-r, --remote-host=SSH_ALIAS Operate on a remote system instead of the local system. The SSH_ALIAS argument gives the SSH alias of the remote host. It is assumed that the remote account has root privileges or password-less sudo access.
-f, --find-current-mirror Determine the URL of the main mirror that is currently configured in /etc/apt/sources.list.
-l, --list-mirrors List available (ranked) mirrors on the terminal in a human readable format.
-c, --change-mirror=MIRROR_URL Update /etc/apt/sources.list to use the given MIRROR_URL.
-a, --auto-change-mirror Discover available mirrors, rank the mirrors by connection speed and update status and update /etc/apt/sources.list to use the best available mirror.
-u, --update, --update-package-lists Update the package lists using “apt-get update”, retrying on failure and automatically switch to a different mirror when it looks like the current mirror is being updated.
-x, --exclude=PATTERN Add a pattern to the mirror selection blacklist. PATTERN is expected to be a shell pattern (containing wild cards like “?” and “*”) that is matched against the full URL of each mirror.
-m, --max=COUNT

Don’t query more than COUNT mirrors for their connection status (defaults to 50). If you give the number 0 no limit will be applied.

Because Ubuntu mirror discovery can report more than 300 mirrors it’s useful to limit the number of mirrors that are queried, otherwise the ranking of mirrors will take a long time (because over 300 connections need to be established).

-v, --verbose Increase logging verbosity (can be repeated).
-q, --quiet Decrease logging verbosity (can be repeated).
-h, --help Show this message and exit.

Issues with mirror updates

Over the past five years my team (at work) and I have been managing a cluster of 150+ Ubuntu servers, initially using manual system administration but over time automating apt-get for a variety of use cases (provisioning, security updates, deployments, etc.). As we increased our automation we started running into various transient failure modes of apt-get, primarily with apt-get update but incidentally also with other subcommands.

The most frequent failure that we run into is apt-get update crapping out with ‘hash sum mismatch’ errors (see also Debian bug #624122). When this happens a file called Archive-Update-in-Progress-* can sometimes be found on the index page of the mirror that is being used (see also Debian bug #110837). I’ve seen these situations last for more than 15 minutes.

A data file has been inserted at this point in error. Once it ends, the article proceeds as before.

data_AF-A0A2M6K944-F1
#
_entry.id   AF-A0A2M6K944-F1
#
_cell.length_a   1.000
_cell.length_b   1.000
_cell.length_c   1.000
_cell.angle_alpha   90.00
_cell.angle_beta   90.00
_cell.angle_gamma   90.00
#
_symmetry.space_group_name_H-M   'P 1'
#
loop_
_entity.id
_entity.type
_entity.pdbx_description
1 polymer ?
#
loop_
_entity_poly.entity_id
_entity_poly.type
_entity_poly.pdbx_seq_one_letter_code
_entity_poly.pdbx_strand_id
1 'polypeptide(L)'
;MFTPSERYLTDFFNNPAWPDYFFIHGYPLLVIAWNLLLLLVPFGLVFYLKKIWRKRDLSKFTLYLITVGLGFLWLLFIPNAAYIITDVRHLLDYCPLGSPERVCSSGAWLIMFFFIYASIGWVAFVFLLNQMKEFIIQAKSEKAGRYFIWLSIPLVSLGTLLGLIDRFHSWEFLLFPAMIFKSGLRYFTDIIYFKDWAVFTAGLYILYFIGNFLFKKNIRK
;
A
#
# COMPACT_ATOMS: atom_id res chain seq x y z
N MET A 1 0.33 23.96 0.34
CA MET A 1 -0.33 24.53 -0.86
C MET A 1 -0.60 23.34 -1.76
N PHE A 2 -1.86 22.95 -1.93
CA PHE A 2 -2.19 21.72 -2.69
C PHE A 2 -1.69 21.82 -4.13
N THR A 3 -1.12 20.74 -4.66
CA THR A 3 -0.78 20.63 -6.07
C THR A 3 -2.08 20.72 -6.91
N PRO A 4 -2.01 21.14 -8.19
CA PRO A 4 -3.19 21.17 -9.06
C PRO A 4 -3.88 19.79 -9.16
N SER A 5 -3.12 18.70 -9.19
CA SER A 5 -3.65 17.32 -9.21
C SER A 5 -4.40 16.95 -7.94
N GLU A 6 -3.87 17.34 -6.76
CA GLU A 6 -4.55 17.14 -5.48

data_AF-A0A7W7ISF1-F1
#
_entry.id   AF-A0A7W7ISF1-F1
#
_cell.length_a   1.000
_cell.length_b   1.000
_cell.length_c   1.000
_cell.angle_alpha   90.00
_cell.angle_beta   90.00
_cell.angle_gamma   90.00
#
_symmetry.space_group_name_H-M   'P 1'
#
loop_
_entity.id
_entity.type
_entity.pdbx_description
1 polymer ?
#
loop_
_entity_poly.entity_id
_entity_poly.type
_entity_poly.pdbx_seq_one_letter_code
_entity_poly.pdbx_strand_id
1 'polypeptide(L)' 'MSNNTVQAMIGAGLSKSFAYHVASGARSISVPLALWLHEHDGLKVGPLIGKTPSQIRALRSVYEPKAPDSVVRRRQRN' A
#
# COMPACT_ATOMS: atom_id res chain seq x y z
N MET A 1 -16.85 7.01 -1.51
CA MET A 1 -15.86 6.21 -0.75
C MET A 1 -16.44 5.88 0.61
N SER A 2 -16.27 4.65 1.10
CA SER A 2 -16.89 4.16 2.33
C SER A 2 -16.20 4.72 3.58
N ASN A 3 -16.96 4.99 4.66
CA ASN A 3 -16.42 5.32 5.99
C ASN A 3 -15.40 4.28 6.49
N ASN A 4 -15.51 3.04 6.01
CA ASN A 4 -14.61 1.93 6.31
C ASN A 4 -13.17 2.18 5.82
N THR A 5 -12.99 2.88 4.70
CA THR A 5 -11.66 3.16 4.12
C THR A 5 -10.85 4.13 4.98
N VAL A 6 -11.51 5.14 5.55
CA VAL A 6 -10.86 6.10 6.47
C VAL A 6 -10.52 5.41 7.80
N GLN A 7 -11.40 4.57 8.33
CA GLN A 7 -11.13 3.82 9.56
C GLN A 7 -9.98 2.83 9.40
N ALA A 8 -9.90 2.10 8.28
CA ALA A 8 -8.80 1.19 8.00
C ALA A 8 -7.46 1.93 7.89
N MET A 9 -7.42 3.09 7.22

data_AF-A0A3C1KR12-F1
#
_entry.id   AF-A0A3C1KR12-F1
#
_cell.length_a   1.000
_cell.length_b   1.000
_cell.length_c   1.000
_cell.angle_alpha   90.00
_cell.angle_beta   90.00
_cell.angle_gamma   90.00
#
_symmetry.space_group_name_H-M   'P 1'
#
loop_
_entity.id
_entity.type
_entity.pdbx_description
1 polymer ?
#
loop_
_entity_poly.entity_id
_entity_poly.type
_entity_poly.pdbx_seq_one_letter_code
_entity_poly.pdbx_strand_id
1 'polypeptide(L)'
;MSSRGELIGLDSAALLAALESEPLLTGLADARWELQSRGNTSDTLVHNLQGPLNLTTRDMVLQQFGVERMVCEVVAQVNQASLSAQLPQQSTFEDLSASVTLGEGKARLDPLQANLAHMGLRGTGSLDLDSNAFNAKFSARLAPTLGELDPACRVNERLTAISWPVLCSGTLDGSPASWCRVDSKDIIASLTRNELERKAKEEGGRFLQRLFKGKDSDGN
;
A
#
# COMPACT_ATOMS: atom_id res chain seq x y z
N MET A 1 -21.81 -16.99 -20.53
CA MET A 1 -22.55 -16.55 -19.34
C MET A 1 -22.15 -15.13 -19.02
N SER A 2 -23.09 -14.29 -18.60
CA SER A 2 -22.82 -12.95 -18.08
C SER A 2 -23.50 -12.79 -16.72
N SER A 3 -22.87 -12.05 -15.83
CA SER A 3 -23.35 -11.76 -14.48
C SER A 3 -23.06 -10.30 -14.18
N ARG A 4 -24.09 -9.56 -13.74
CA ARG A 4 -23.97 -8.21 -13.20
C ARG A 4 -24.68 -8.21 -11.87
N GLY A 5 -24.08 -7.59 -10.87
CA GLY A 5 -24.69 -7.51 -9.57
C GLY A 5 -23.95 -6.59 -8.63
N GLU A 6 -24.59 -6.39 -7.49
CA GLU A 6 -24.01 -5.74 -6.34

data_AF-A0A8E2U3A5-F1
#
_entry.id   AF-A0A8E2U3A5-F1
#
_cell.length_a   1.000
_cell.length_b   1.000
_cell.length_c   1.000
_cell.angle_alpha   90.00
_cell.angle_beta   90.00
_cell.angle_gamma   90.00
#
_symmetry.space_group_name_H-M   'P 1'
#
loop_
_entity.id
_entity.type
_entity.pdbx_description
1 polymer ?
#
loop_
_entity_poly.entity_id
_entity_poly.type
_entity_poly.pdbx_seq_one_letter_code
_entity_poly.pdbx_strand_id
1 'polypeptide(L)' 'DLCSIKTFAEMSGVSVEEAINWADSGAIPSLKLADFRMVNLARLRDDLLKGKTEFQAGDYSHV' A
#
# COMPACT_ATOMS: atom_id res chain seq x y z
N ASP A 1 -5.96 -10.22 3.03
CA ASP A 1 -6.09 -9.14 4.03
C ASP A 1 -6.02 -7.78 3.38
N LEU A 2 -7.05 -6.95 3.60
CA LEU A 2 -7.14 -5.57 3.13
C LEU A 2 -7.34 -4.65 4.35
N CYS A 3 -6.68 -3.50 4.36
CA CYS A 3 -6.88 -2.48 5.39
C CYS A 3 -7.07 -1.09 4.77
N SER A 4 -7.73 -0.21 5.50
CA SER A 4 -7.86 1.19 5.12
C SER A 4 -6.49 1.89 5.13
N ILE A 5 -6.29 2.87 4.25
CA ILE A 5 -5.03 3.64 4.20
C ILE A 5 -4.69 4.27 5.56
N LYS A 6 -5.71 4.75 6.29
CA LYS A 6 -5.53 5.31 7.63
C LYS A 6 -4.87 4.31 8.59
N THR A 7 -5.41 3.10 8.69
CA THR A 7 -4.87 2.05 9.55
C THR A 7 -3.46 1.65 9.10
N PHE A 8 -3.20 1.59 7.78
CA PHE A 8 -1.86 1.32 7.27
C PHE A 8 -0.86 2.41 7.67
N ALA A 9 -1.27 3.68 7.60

My working theory about these ‘hash sum mismatch’ errors is that they are caused by the fact that mirror updates aren’t atomic, apparently causing apt-get update to download a package list whose datafiles aren’t consistent with each other. If this assumption proves to be correct (and also assuming that different mirrors are updated at different times :-) then the command apt-mirror-updater --update-package-lists should work around this annoying failure mode (by automatically switching to a different mirror when ‘hash sum mismatch’ errors are encountered).

Publishing apt-mirror-updater to the world is my attempt to contribute to this situation instead of complaining in bug trackers (see above) where no robust and automated solution is emerging (at the time of writing). Who knows, maybe some day these issues will be resolved by moving logic similar to what I’ve implemented here into apt-get itself. Of course it would also help if mirror updates were atomic…


The latest version of apt-mirror-updater is available on PyPI and GitHub. The documentation is hosted on Read the Docs. For bug reports please create an issue on GitHub. If you have questions, suggestions, etc. feel free to send me an e-mail at


This software is licensed under the MIT license.

© 2017 Peter Odding.